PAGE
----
Devoted to the Propagation and Defense of New Testament Christianity
May 24, 1951

The Church At Work

G. K. Wallace, Wichita, Kansas

A great deal is being written these days about orphan homes and how they should operate. The appeal has largely been to tradition. Catholic priests say that tradition is equal in authority with the word of God. Many of my brethren today are much like the Catholic priests. The priest tries to prove his point by tradition without reference to the word of God. The appeal made by many preachers today is to Larimore, Lipscomb, Harding, and the pioneers. The Catholics appeal to the church fathers, and these preachers appeal to the pioneers.

Caring For Orphans

That the care of orphan children is a responsibility of the church is not denied, except by a few brethren north of the Mason-Dixon line. They affirm that the care of orphan children is an individual matter. Most of my brethren admit, however, that it is a work of the church. If it is a work of the church, we wonder why the church cannot do this work without forming an organization to take over the work of the elders. The Children's Home in Wichita, Kansas, is operated by the Riverside Church. We have no organization except the church. If it be asked, "Why is the home chartered?" we reply, "In order to comply with the laws of the state of Kansas." In most cities brethren cannot build a meeting - house without getting permission from the city government to build. This is called a building permit. In Kansas the elders of the church cannot take children under their care or under the care of the church without permission from the state. This permit is called a charter.

The elders of the Riverside Church, by virtue of their appointment as elders, are directors of the Children's Home without any further designating or recording. When a man is appointed an elder of the Riverside Church in Wichita, Kansas, he becomes a bishop of all that God wants his church to do. It is not likely that any elder will wake up and find himself governor of the state, since the state of Kansas is not under the direction of the Riverside Church.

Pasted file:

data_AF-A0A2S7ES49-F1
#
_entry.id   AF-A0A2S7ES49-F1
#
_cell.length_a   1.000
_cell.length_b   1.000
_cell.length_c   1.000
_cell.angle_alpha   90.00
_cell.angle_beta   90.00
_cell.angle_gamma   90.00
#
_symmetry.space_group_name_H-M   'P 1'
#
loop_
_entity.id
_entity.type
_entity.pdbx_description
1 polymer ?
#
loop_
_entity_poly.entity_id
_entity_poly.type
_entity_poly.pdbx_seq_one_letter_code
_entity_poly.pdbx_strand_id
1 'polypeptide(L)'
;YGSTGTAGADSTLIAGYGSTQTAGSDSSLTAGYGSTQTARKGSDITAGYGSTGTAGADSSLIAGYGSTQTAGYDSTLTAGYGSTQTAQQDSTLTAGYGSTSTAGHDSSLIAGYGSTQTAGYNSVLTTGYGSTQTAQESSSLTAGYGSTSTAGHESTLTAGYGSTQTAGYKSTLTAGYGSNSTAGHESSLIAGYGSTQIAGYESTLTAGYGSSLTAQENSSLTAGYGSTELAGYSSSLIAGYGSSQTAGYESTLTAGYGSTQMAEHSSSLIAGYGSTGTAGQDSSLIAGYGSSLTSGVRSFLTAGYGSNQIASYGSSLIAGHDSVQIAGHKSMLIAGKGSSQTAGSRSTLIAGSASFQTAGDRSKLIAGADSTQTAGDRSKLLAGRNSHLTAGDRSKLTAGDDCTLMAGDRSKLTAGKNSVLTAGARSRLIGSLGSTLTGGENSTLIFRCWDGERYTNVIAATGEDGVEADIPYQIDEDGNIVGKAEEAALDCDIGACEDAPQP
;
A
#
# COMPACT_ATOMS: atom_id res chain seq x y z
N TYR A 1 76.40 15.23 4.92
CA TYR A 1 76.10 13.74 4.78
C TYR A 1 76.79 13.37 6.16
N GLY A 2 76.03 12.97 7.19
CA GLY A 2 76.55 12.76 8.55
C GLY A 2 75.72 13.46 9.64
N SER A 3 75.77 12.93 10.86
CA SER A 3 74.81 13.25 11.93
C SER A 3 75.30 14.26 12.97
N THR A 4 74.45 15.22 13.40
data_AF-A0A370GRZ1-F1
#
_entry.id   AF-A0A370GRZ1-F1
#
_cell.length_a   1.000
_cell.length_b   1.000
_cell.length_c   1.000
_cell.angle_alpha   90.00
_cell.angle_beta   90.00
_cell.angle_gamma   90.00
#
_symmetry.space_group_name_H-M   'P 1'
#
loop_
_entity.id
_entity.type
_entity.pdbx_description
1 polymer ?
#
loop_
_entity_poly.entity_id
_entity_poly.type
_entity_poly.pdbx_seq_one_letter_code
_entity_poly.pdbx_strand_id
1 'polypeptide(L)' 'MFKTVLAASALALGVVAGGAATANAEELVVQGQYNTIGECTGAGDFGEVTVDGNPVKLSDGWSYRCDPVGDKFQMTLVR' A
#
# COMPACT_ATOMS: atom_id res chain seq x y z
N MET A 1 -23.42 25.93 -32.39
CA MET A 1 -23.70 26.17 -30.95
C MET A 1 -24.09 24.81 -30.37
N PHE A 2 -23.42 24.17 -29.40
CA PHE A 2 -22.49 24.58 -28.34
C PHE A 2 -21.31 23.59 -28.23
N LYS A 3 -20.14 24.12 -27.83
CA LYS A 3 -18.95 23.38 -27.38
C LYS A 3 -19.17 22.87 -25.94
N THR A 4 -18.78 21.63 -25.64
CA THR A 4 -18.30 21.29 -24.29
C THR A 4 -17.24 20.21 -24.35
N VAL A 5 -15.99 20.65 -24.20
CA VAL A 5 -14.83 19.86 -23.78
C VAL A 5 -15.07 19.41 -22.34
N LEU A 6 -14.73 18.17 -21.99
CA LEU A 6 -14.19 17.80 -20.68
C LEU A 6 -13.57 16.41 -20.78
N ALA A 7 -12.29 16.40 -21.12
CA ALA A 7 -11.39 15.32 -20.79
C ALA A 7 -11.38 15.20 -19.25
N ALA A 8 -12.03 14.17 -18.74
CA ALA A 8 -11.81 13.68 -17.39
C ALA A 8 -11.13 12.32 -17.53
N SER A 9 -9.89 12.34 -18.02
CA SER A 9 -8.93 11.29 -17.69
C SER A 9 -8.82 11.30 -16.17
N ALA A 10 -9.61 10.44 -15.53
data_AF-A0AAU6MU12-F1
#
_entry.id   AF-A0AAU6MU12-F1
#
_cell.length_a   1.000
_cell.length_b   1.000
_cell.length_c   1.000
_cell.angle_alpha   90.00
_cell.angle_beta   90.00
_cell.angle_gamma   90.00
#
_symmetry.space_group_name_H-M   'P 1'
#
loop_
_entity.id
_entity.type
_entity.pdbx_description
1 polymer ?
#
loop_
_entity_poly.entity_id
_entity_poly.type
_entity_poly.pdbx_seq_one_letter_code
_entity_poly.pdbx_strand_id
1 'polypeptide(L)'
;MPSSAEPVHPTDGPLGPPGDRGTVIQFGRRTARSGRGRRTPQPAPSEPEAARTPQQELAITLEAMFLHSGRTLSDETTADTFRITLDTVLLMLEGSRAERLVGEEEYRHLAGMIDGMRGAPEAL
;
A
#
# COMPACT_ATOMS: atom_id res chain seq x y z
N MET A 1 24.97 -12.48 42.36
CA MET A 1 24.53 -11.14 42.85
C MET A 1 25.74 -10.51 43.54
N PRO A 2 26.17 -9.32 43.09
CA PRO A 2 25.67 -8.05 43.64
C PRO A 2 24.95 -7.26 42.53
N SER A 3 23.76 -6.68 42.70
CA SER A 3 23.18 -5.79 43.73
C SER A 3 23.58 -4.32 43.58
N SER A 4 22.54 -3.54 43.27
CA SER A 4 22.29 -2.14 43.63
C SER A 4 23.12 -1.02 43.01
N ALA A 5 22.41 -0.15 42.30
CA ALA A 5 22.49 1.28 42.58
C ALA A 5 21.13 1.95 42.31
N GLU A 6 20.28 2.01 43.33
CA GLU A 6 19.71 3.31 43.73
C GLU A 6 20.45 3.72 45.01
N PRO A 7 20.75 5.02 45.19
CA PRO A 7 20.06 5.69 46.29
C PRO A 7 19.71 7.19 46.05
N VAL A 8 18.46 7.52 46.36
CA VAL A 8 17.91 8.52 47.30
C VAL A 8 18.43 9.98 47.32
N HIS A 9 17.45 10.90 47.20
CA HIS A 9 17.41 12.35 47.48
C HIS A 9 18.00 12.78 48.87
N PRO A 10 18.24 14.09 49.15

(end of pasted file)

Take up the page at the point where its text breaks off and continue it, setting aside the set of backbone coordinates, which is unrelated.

Hired Workers

Elders of the church have a right to hire a superintendent, a matron, a nurse, a cook, a teacher, a dairyman, just as they do to hire a song leader, a preacher, a janitor, or somebody to mow the lawn or fix a window. The New Testament does not contain officers such as matrons, nurses, cooks, any more than it contains officers called janitors, song leaders, ministers, carpenters, or plumbers; but the elders of the church may hire any or all of these to serve the church.

The elders of the church may hire someone who is not a member of the church to do a job of work for the church. They may let a contract to some builder to erect a building, and this contractor may use dozens of men, none of whom are members of the church.

A congregation may cooperate with another in any good work. This is clearly seen in the New Testament. We do not have to appeal to the pioneers in order to prove this. For congregations to cooperate, it is not necessary to take a member from each congregation to set up a board separate and apart from the church through which to operate. There is no parallel between the college and the orphan home. The college is purely a human enterprise on the same basis as a hardware store or a printing press or publishing house. These are works carried on by brethren, and are in no sense a part of the work of the church. Caring for orphans is a work of the church, and since it is, it should be done by the church.


There is no parallel between colleges and orphan homes. There is a parallel between an orphans home that has a board of trustees other than the elders of the church to do the work of the church, and the United Christian Missionary Society.

Since it is admitted that children may be cared for by New Testament churches, why is it necessary to have anything other than the church to do it? What we need today is to encourage congregations all over the brotherhood to take the children who are dependent and neglected in their community and provide them a home. We need hundreds of homes, and perhaps there would be if preachers would encourage the churches to do their duty in this manner. There are many large congregations in the brotherhood that could rent or buy a piece of property in their community, get permission from the state to take children under their care and place them in these homes and provide for them. In order to do this they do not have to go out and form some organization that God never heard of. The organization to do the work was given to the church by inspiration before the close of the apostolic age. The elders of the church are bishops of the charge allotted to them, and the charge allotted to them includes taking care of the needy in the community as far as they are able to do so. Any group of elders should be willing to take advice from preachers or from elders of various congregations. Cannot we see the difference in asking good men to give advice and of taking these advisors and forming them into an executive body? Do all those who advise the church in any given community become executives in the church because someone asks their opinion in regard to certain matters? Can we still affirm that the church of Christ is scriptural in name, organization, doctrine, and practice.